Logo of Phnom Penh Post newspaper Phnom Penh Post - Revamped G21 presents a local twist on teen trends

Revamped G21 presents a local twist on teen trends

Revamped G21 presents a local twist on teen trends


Under reconstruction since June, the new and improved G21 magazine

hopes to bridge the gap between Cambodia and the rest of the world by

giving teens ‘their own voice'

Photo Supplied

Brand ambassadors in front of the G21 Tuk-Tuk.

Fashion, beauty, glamour and style are all things that most young women take an interest in, and the local teen magazine G21 dishes it out. Having recently undergone a face lift, the magazine is looking forward to a new year of combining local resources with international teen trends.

"We've changed everything, just about, except the name," said Editor-in-Chief Margaret O'Donell. "We want G21 to be the magazine of choice for our type of audience, which is 17- to 23-year-olds, and we want it to be a magazine that's not just about presenting concepts, whether it be fashion or beauty or whatever, but we want it to be a real communication tool."

Teen fashion in Cambodia is limited to a few shopping malls and a handful of boutique shops, but as international influences become ever more prominent in Cambodian teen culture, so does the desire to emulate what is seen on TV.

"There's not the same access to the kinds of things that people who pick up a Vogue or a Seventeen have. We don't have all

those brands or choices," said O'Donell. "Everything that we recognize ...that our audience values, we want to be able to present local options for. We have to localize our content, so we're being realistic. There's no point in talking about Yves St Laurent or Chanel if the only pair of Chanel shoes you can get ... are copies. The market that the girls are in is very different from what they aspire to, and they don't have the access ... so we're trying to bridge the gap."


G21 launched in September 2007 but has been under reconstruction since June of this year. "When we started, we thought, ‘OK, we're Seventeen,' but Seventeen is a Seventeen America - Seventeen Western, it's not Cambodia, it's not even Singapore, Korea, Malaysia or Thailand," O'Donell said.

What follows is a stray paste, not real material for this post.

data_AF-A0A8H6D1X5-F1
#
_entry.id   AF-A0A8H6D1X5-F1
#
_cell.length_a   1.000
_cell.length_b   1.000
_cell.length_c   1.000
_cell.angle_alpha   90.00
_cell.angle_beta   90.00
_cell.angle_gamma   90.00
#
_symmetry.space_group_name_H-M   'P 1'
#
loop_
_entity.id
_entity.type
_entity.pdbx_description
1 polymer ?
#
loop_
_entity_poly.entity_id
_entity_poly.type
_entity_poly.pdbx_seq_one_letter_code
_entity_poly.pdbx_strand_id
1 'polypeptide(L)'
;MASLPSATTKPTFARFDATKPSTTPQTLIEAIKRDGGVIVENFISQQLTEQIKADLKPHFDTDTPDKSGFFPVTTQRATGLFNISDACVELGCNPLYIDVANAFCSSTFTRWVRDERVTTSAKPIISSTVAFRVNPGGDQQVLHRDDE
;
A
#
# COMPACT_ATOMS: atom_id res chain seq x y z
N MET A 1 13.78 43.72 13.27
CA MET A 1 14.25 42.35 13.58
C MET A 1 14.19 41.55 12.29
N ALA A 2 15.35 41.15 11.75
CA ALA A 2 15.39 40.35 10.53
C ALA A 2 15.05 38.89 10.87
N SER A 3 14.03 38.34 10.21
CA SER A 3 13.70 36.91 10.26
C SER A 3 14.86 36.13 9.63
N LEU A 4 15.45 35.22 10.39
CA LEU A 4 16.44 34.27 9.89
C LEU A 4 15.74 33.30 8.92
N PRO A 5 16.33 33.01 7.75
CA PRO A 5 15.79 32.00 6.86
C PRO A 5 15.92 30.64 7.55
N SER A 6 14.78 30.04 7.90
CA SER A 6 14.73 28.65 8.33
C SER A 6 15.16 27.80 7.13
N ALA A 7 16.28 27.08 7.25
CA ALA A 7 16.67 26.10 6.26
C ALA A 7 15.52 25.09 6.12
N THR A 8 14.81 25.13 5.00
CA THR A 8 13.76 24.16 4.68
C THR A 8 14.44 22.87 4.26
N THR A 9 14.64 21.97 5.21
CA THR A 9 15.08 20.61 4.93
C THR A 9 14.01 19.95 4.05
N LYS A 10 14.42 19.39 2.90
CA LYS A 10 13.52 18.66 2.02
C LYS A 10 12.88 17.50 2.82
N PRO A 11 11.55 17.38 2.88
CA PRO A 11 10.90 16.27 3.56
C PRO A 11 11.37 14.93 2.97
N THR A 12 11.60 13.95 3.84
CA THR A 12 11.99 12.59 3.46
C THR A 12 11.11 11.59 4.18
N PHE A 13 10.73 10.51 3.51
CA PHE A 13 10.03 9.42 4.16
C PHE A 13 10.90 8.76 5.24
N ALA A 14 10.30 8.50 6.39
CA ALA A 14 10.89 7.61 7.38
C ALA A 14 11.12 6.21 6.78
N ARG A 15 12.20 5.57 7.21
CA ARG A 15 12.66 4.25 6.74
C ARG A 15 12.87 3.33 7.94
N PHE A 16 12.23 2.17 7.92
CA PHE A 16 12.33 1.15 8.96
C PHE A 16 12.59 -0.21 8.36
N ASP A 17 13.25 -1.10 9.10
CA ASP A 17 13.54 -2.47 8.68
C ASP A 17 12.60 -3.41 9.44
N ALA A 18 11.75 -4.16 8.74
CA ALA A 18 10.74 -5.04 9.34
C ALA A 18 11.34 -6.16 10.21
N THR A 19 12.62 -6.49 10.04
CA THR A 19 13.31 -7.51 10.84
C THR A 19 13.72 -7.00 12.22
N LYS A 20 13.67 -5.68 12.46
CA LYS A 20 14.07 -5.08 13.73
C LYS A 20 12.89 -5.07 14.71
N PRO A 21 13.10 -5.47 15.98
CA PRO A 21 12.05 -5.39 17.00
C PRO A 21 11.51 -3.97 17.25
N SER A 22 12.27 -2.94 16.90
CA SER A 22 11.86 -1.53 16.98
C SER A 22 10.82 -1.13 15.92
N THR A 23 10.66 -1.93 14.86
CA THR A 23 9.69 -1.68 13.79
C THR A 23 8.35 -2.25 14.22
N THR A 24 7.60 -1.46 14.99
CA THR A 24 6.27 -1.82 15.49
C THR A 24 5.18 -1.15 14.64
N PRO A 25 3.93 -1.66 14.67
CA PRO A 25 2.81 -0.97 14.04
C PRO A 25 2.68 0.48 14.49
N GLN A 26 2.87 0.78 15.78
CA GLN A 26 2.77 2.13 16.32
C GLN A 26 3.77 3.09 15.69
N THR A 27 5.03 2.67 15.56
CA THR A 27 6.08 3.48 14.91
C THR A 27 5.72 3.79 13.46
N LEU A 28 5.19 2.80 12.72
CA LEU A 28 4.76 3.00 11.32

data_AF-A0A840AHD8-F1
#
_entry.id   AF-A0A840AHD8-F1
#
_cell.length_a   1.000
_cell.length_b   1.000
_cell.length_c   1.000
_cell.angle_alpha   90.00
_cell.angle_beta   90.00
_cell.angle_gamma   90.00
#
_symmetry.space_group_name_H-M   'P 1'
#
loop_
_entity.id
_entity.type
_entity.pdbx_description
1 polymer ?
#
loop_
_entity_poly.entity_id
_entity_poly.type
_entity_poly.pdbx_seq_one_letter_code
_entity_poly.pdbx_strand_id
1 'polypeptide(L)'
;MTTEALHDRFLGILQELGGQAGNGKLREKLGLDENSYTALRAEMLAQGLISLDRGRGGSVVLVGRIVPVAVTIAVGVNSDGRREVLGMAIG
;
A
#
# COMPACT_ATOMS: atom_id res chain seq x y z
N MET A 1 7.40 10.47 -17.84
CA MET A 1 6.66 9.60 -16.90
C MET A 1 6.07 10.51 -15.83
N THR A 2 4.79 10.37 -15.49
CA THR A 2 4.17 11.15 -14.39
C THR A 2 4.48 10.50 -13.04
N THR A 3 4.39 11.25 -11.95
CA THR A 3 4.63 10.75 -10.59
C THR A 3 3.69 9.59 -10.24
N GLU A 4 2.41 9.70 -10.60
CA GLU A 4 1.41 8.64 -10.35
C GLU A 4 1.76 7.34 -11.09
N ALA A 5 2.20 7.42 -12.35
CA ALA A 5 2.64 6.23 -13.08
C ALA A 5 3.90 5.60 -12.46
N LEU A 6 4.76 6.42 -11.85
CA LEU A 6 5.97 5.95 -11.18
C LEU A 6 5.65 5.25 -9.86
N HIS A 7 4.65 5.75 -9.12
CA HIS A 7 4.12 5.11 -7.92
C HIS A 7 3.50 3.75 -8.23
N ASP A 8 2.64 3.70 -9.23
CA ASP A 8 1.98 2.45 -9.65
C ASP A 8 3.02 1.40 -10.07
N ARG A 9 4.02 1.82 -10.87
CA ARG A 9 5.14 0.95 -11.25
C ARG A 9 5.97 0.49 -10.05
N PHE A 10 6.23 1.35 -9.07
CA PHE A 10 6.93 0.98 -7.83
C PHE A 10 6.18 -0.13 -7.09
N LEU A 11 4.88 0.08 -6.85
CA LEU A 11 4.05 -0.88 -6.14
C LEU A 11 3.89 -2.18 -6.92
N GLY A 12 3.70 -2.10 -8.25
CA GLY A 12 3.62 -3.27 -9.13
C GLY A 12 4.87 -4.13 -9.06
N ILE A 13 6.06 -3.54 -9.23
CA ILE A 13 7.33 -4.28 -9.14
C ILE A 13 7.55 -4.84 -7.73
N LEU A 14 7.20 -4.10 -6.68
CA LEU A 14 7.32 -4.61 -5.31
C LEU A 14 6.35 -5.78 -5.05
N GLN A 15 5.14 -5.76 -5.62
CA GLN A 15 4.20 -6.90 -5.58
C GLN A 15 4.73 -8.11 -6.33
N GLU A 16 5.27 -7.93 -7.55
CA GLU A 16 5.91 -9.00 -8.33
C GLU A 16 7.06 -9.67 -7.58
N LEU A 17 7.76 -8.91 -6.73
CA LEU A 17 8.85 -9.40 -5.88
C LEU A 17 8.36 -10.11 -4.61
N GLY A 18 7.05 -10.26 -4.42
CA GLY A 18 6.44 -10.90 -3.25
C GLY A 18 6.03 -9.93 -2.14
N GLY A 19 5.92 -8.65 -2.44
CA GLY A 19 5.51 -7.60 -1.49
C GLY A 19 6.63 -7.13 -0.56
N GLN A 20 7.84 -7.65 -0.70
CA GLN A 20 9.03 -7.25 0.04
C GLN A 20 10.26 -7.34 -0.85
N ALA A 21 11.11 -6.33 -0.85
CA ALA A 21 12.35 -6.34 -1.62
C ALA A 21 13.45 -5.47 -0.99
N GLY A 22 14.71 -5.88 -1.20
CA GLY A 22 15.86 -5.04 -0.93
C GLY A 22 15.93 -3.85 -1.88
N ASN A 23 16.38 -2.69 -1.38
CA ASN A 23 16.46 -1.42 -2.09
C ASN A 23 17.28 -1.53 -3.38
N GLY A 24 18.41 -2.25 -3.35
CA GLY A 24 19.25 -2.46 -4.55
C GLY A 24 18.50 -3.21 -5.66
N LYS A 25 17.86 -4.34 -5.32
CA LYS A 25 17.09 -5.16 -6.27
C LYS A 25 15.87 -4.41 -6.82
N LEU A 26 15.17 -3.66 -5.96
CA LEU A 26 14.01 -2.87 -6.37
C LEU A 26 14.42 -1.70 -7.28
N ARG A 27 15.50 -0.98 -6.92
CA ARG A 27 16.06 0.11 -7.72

Although the magazine aspires to the quality of Western teen magazines, G21 fully realizes that this is Cambodia and there are not only obstacles but responsibilities.

When O'Donell took over as editor-in-chief in June, the first thing she did was conduct a massive market research campaign, which involved over 2,000 students and young workers. She then created focus groups and conducted a series of one-on-one interviews dealing with everything from world issues to the cover of the magazine.

We want G21 to be the magazine of choice for

our type of audience

"The data was really conclusive. It was very clear that people wanted education and careers, but they also wanted things that were more about culture and lifestyle and food and fashion. We looked at the proportions of things like fashion and beauty, health, lifestyle, current affairs, global issues, education, careers, technology ... then, we worked out what we had the capacity to provide within a magazine that was consistent and could develop a personality of its own," O'Donell said.

Driving force

The driving force behind G21 is a fictional mascot not unlike the iconic Barbie. "We've got this Miss G21 we conceptualized, how old she is, what she likes, her interests and her fears, what she's concerned about, her own future, what her friends do. If we can match what we've got from all that research and feedback ... if the girl at the end is now actually reading and is our Miss G21, who will clutch the magazine to her chest because of how strongly she identifies with it, then we're fine. That's the girl I'd like to know," O'Donell said.

As Cambodia rolls into the 21st century, its youth play increasingly more important roles, and popular media cannot help but shape and mold their ideas and aspirations. When asked what G21 hopes to give to its readers, O'Donell said: "First their own voice so that they really feel that they are heard ... and secondly access to the rest of the world."


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